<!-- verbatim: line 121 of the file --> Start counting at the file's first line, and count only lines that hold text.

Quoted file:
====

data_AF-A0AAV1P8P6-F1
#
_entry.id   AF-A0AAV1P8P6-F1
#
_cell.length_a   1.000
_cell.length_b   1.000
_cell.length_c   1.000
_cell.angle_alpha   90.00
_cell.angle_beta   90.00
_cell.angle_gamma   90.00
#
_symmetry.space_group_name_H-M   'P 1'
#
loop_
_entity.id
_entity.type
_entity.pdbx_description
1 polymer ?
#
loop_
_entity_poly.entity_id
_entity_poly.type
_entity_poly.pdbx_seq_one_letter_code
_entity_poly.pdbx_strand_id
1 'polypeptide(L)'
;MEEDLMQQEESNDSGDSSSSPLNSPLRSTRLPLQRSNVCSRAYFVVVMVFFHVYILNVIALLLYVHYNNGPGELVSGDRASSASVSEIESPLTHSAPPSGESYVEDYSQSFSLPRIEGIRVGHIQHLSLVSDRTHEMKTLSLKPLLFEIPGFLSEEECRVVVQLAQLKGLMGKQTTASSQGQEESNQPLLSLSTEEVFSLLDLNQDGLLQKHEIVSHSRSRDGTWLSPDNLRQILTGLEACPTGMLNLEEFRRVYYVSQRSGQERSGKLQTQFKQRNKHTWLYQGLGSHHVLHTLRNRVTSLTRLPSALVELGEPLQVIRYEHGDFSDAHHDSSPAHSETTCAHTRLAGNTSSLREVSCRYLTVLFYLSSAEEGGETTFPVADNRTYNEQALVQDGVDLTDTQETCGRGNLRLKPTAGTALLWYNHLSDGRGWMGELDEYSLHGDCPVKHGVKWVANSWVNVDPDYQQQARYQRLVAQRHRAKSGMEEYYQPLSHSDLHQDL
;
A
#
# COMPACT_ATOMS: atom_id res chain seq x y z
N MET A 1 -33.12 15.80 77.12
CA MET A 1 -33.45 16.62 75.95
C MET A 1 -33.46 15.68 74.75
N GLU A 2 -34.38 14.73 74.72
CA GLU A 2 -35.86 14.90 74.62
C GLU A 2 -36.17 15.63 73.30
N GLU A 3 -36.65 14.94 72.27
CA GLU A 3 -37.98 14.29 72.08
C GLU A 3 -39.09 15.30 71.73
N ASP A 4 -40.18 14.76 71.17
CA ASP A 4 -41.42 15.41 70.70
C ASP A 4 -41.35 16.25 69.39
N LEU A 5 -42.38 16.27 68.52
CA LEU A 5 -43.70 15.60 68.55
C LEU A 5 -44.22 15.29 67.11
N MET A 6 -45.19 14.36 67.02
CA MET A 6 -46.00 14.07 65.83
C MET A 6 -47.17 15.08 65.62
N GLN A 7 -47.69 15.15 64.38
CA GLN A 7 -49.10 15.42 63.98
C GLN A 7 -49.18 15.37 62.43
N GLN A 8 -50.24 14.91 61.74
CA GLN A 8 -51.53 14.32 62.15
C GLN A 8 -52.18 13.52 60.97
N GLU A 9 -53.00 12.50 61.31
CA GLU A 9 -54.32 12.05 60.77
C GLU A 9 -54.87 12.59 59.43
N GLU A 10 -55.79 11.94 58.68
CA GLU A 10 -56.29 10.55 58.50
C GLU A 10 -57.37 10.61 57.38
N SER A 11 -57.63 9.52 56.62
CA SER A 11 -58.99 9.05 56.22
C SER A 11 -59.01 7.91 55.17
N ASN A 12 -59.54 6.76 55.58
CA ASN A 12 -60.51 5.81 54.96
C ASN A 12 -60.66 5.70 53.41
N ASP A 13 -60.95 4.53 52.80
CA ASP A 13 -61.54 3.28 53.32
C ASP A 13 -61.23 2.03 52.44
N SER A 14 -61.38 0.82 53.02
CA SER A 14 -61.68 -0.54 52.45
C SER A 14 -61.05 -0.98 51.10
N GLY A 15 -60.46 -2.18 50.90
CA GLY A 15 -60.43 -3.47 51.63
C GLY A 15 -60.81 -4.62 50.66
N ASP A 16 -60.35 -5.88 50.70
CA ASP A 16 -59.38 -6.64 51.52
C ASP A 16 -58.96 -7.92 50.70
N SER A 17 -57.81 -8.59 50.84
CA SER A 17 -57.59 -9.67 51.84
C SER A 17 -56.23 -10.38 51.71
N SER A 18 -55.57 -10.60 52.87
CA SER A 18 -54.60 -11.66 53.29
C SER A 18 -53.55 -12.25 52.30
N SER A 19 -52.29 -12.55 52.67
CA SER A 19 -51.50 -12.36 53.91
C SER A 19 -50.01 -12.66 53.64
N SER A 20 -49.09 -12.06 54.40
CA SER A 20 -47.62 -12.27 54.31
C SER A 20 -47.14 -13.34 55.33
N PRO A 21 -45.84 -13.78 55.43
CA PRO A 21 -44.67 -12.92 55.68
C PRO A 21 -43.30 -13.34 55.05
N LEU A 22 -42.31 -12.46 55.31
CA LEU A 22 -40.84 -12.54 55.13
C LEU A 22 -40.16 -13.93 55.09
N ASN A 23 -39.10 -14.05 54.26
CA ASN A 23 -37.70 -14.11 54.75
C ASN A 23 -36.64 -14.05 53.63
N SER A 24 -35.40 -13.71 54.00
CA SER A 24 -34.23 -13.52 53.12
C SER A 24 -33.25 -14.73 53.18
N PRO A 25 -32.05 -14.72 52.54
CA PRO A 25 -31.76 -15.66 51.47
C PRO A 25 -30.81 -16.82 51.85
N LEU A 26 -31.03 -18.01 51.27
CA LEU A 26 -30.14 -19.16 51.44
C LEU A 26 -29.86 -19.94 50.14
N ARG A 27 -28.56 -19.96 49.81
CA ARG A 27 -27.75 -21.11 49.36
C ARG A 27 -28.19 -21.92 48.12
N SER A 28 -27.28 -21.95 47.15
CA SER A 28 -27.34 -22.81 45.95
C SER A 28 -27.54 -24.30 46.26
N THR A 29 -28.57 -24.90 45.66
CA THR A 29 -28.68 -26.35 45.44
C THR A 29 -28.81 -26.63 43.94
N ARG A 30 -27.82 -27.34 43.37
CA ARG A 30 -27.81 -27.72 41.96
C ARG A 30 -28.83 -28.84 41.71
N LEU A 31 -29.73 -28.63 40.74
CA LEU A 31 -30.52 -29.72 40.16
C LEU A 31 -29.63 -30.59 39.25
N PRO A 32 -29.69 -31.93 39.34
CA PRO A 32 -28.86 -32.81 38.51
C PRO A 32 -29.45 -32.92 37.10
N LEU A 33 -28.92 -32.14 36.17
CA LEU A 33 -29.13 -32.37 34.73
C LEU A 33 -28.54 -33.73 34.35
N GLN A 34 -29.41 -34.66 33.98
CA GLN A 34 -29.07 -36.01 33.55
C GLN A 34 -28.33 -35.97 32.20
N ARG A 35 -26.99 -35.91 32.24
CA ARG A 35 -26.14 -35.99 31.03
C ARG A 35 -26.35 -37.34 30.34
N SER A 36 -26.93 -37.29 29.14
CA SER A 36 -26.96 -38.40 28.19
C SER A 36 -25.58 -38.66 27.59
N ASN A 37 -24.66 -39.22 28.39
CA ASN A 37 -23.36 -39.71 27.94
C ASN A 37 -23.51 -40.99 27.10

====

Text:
N LEU A 31 -29.73 -28.63 40.74